17 05 2012

Let’s say you have recorded the first track and you are pretty proud of yourself. You listen to your recording and the first impression is kind of OK.

Then you will start to listen to the recording again. And again. You will listen to it over and over and over, because, let’s not kid ourselves here, you’re not a pro. You’re a beginner. And that’s what beginners do. Your brain needs time to adapt and comprehend all the information given in this tutorial series.

After you have listened to your recording in Cubase for some time, you will notice a slight difference between you recording and your favorite commercial recordings. But..wait a minute. WAAAIT A MINUTE!!! What did I say here? Yes, you are correct, you should always compare your recordings to another recording which you choose as a reference. This reference recording should be made by a true recording pro. Do not try to get away with less. In order to drag yourself out of the mud, you have to mess with the best. Or you will die like the rest!

So now that you compare your recording to a pro recording you will probably find, that your recording is lacking a certain something. You might not yet have the words to describe what it is exactly that your track does not have, but you feel that there is something slightly off. A little itching in the back of your mind tells your, that there might be something missing here.

That something are effects!

Effects are necessary for a professional music production today. You will simply not find any commercial production these days that doesn’t use at least SOME effects. Even if you’re not able to hear them. Your ears are not yet accustomed to the subtle details, and don’t blame yourself. These skills take time to develop. So even if you think that a particular song does in fact have no effects on it whatsoever, you are probably wrong.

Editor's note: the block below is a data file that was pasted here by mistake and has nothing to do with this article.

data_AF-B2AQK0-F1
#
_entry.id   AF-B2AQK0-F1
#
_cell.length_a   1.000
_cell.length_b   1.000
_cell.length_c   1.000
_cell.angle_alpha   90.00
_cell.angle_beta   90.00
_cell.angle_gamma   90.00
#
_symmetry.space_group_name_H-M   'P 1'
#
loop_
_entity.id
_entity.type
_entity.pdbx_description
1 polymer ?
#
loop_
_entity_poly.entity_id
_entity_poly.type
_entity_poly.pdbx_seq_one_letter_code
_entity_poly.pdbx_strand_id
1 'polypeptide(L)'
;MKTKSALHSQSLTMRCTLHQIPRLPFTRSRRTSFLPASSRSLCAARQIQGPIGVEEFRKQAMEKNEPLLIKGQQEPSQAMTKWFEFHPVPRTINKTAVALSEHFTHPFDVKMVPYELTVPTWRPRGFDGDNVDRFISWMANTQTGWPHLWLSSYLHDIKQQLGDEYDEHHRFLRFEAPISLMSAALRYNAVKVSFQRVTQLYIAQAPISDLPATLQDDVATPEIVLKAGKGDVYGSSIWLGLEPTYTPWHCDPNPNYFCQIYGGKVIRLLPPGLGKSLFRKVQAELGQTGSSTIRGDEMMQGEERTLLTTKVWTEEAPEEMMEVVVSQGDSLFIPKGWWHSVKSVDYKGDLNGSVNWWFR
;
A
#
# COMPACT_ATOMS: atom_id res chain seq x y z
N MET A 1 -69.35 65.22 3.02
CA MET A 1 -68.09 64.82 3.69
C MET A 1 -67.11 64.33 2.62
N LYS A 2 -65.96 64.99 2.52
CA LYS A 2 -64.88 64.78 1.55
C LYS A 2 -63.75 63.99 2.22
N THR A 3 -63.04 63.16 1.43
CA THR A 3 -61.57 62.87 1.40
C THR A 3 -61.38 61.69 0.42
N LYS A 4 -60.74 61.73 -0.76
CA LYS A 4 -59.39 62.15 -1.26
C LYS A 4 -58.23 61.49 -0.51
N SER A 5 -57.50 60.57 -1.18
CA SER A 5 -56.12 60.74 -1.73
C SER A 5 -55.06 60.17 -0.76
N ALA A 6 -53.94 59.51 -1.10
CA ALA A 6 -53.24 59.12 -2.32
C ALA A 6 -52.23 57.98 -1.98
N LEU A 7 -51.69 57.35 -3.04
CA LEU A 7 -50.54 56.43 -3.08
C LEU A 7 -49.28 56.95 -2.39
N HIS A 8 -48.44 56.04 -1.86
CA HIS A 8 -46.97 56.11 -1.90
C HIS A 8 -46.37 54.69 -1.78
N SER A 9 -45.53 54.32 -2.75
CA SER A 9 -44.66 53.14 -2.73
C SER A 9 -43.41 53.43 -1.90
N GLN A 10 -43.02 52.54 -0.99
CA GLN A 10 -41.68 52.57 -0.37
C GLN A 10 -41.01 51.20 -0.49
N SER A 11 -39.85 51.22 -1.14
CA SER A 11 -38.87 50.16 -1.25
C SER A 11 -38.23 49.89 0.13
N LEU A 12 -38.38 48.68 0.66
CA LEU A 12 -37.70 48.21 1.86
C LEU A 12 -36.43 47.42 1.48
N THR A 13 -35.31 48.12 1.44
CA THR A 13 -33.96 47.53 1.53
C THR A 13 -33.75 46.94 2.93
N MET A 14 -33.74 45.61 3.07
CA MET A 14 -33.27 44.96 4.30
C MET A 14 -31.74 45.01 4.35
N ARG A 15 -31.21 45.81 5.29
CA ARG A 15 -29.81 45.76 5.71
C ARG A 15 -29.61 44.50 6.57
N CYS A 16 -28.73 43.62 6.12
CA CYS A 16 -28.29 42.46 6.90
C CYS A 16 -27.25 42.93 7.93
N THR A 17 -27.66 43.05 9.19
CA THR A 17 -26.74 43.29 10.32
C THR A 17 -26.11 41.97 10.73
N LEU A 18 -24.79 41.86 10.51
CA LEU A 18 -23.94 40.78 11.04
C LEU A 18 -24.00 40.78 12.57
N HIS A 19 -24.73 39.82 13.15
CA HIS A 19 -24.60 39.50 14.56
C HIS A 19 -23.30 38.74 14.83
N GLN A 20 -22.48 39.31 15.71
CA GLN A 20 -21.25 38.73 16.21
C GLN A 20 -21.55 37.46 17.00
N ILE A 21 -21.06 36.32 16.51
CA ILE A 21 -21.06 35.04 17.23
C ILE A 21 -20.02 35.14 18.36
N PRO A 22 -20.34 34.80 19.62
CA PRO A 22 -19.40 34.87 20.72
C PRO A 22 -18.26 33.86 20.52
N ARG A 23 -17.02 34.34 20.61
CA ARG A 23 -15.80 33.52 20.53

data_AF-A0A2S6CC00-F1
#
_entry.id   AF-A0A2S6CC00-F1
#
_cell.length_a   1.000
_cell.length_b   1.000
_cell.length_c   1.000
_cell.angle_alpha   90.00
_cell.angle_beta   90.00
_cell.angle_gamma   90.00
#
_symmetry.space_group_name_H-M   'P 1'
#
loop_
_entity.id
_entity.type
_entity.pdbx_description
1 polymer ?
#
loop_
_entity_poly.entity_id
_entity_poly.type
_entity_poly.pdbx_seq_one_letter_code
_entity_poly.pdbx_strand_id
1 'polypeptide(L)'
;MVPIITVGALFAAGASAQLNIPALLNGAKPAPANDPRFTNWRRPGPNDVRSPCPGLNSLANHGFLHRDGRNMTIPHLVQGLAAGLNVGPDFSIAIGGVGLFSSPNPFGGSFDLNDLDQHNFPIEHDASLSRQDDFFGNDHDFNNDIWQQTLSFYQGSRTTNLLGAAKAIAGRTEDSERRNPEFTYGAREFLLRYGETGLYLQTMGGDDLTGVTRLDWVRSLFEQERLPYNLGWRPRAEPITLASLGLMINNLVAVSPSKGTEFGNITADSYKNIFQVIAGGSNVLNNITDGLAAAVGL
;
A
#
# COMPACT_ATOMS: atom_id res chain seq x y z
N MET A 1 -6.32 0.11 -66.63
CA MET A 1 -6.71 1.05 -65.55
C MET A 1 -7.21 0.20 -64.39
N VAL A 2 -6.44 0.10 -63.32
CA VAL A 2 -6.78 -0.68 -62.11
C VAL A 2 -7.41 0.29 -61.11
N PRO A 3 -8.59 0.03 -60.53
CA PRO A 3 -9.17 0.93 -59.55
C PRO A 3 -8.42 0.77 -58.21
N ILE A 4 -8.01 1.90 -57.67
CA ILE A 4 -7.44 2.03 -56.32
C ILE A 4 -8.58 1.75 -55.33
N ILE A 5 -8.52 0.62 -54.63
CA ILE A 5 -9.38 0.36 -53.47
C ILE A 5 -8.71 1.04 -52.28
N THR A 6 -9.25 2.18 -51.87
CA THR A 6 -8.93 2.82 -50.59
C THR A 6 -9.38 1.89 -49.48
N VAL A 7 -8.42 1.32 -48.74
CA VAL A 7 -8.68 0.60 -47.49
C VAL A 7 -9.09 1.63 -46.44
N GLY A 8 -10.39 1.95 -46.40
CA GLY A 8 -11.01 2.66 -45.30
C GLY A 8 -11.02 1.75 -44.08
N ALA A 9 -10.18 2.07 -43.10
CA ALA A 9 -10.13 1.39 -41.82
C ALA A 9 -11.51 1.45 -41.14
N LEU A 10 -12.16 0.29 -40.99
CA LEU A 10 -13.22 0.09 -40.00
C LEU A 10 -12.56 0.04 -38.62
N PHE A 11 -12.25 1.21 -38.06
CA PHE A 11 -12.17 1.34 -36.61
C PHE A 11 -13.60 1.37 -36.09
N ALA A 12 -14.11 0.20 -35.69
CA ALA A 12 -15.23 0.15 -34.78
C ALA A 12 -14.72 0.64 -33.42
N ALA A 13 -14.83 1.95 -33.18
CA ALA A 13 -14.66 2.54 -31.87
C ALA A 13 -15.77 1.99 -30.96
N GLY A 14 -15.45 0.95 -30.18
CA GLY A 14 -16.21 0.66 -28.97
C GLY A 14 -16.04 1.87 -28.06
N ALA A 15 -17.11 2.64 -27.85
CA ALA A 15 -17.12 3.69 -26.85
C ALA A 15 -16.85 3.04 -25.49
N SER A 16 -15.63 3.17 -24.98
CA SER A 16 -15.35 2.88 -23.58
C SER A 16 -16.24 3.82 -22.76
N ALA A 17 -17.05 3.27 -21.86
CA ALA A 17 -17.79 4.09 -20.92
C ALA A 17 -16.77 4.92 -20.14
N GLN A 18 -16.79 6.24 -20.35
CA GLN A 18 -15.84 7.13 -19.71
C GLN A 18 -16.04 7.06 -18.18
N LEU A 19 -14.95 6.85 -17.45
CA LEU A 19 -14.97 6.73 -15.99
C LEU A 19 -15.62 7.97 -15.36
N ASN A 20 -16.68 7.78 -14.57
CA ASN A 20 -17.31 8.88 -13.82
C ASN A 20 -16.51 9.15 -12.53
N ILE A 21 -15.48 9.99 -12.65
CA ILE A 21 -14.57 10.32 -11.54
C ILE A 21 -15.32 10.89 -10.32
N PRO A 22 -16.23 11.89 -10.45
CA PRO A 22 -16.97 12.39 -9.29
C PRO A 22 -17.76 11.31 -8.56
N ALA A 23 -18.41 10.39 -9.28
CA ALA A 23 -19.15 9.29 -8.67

The different types are plentiful and complicated. It takes a lifetime to really see through the plugin forest and use them to fullest. As a recording pro with years of experience under my belt I use can say that I now have achieved this state. Actually I achieved it a couple of years ago.

But for an ordinary recording engineer to look at the vast amount of compressors, limiters, EQs, delays and all that, for such a person not to get confused takes some time and dedication.

Another thing is that nowadays people start out recording with digital tools. They never had the chance to learn the craft from the ground up. They never worked in a big major studio, where the huge stars would record their legendary albums. Here they would have learned how to use effects. Believe me that. Talking about school of hard knocks.

Finding the right tool for the job is paramount. But it is also hard. In the next section of this hands-on pro-tutorial I will share some secret tips and tricks about how to pick the right plugin. These surprisingly simple rules of thumb will make your life a whole easier. So stay tuned…